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Occasional Paper Gender Policy 8: Decentralizing Government and Centralizing Gender in Southern Africa: Lessons from the South African Experience

25 Oct 2005

  • Author(s): Jo Beall

Decentralization is frequently presented as an important vehicle for increasing women’s representation and political participation. But such benefits are not always obvious. Local government is in an ambiguous position. It is the part of the state that is located closest to the people and to organized civil society. As such it has the potential to engage more effectively with women who are often confined - through their domestic responsibilities - to public engagement close to home. But precisely because of this proximity, the author writes, the local state can become too close to social institutions. In Africa, these can be deeply patriarchal - as illustrated by the role of “traditional” authorities in everyday life at the community level, and in local government. When women are making gains within the formal institutions of the state but local government is not open to such progressive social change, it may be an unreliable site for the pursuit of gender equity. As such, Jo Beall writes, it stands as a litmus test of not only democratic decentralization, but engendered democracy more generally.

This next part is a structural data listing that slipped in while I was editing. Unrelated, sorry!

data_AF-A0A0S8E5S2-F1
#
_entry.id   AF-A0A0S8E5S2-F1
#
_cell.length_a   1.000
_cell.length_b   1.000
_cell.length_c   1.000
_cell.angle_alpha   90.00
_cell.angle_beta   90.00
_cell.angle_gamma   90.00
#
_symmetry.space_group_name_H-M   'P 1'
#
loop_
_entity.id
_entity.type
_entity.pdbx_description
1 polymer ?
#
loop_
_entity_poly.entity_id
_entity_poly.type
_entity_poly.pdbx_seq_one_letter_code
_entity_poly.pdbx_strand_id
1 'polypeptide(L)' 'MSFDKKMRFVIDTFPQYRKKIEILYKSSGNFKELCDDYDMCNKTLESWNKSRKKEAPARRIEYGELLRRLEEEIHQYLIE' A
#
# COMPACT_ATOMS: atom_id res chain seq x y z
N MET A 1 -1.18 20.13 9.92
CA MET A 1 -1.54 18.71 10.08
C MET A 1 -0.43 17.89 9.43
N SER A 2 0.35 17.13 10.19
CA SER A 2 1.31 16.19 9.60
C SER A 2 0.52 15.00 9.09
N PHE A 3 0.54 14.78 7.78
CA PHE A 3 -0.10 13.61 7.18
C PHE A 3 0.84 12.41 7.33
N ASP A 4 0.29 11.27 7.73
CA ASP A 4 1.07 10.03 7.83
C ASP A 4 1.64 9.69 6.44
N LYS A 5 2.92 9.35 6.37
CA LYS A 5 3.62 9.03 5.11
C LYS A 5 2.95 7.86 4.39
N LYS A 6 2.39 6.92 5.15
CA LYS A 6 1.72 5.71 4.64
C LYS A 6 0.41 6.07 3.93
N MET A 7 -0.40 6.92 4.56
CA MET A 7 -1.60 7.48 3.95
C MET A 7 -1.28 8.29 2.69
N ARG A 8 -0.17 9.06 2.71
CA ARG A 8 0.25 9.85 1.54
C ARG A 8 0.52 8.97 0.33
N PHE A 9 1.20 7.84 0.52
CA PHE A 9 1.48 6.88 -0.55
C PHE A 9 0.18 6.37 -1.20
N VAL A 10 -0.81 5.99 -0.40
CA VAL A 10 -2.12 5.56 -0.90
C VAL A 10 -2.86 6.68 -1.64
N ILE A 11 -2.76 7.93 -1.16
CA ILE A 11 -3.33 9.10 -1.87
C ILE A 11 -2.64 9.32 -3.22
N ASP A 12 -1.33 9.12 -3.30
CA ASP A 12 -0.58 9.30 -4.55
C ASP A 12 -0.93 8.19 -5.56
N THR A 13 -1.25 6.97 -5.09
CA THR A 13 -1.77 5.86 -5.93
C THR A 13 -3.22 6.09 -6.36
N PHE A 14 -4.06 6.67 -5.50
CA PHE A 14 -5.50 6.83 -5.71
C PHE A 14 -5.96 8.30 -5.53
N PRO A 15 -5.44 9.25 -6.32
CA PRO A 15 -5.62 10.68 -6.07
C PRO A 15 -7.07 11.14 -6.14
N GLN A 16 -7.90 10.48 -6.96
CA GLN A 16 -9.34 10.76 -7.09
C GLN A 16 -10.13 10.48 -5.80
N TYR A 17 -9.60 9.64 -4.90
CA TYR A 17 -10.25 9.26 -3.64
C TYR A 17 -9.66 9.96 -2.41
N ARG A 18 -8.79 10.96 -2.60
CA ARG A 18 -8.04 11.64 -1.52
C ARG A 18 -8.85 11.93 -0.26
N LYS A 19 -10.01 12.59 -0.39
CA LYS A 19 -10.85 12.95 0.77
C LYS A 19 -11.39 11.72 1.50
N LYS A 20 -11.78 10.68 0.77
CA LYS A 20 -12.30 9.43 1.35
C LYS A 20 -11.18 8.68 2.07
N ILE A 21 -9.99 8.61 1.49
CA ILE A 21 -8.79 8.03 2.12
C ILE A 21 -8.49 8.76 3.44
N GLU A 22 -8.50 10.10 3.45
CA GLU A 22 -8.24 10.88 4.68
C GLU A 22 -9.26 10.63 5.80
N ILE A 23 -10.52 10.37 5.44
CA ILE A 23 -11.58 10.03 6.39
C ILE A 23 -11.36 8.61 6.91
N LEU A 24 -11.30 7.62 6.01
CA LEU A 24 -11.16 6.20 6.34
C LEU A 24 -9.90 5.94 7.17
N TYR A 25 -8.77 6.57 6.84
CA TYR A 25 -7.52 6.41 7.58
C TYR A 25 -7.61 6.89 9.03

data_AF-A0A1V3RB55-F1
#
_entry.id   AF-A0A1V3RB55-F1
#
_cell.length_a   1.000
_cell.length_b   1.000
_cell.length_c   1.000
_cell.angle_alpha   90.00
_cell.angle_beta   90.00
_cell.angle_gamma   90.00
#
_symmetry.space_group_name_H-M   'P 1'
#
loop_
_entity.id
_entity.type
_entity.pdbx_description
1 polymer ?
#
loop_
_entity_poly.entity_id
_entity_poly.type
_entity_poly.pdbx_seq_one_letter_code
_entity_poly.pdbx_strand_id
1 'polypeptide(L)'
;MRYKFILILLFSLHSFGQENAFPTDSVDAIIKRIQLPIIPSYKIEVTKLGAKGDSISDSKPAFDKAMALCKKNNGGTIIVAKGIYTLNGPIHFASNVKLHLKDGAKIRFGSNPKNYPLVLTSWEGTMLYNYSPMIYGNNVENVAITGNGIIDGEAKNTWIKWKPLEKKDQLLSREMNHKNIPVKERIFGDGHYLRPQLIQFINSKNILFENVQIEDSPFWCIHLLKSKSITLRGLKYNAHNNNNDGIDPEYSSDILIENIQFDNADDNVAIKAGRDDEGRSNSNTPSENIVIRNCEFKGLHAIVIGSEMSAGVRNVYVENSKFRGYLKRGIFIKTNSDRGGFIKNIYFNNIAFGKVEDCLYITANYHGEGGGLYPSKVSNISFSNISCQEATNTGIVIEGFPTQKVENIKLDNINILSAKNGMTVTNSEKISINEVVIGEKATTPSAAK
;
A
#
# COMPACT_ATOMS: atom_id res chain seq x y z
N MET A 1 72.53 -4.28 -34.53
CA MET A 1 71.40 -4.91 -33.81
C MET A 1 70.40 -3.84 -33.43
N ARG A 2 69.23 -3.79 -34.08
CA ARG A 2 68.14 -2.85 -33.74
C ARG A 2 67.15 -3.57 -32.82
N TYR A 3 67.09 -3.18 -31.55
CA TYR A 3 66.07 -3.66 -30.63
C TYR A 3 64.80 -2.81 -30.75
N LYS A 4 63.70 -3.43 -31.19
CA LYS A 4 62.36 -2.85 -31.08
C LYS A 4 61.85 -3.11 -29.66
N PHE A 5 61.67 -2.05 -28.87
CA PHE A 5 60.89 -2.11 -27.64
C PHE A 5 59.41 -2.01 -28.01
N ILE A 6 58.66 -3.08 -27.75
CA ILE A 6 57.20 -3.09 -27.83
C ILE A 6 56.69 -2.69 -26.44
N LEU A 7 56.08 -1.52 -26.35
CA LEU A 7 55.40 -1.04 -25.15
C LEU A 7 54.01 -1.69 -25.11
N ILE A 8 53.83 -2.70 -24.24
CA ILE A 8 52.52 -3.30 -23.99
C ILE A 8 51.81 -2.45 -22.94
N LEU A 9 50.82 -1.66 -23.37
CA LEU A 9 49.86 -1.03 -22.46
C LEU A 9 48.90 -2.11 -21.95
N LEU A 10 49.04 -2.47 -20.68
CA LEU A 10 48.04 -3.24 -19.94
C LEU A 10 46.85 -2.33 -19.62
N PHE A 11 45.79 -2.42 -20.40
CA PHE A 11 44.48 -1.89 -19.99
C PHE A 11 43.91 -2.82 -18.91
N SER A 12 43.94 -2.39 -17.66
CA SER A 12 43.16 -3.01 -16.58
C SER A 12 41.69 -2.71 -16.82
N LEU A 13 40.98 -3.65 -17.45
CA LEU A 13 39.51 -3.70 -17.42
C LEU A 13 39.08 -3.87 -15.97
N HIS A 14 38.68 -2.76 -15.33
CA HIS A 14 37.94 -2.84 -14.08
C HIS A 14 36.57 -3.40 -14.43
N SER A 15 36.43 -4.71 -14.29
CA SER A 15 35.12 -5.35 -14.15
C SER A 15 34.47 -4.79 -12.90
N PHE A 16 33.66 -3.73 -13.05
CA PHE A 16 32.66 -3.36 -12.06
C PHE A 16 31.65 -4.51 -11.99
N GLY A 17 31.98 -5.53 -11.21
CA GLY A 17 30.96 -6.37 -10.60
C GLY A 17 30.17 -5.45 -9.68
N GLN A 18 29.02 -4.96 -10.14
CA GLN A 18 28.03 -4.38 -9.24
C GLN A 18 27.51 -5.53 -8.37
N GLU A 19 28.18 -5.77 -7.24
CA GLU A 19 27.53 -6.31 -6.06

The author takes up these arguments in this paper, which explores decentralization and local democracy in Southern Africa. An overview of some of the regional issues is provided through a study of Angola and Mozambique, which are discussed as two countries that have experienced sustained civil war, and Zimbabwe and Zambia that experience greater and lesser degrees of conflict in the context of economic stress and fragile states. The paper then explores in greater depth the case of South Africa, which has undergone a relatively stable transition from apartheid, accompanied by a commitment to gender inclusive politics and policy. Here it is demonstrated that even in a seemingly best-case scenario such as South Africa, it is difficult to integrate gender into the processes of local-level democratization and service delivery.

The author draws two conclusions. First, women’s effective involvement in local governance is predicated both on the approach adopted by political parties and on how women are organized at the local level. And second, even when women are effectively organized and represented locally, the close association between decentralization and neoliberal policies serves to undermine the potential for gender-sensitive service delivery.

Jo Beall is Director of the Development Studies Institute (DESTIN) at the London School of Economics and Political Science, United Kingdom.

Order from UNRISD; 32 pages, 2005, $12 for readers in industrialized countries, $6 for readers in developing and transitional countries and for students.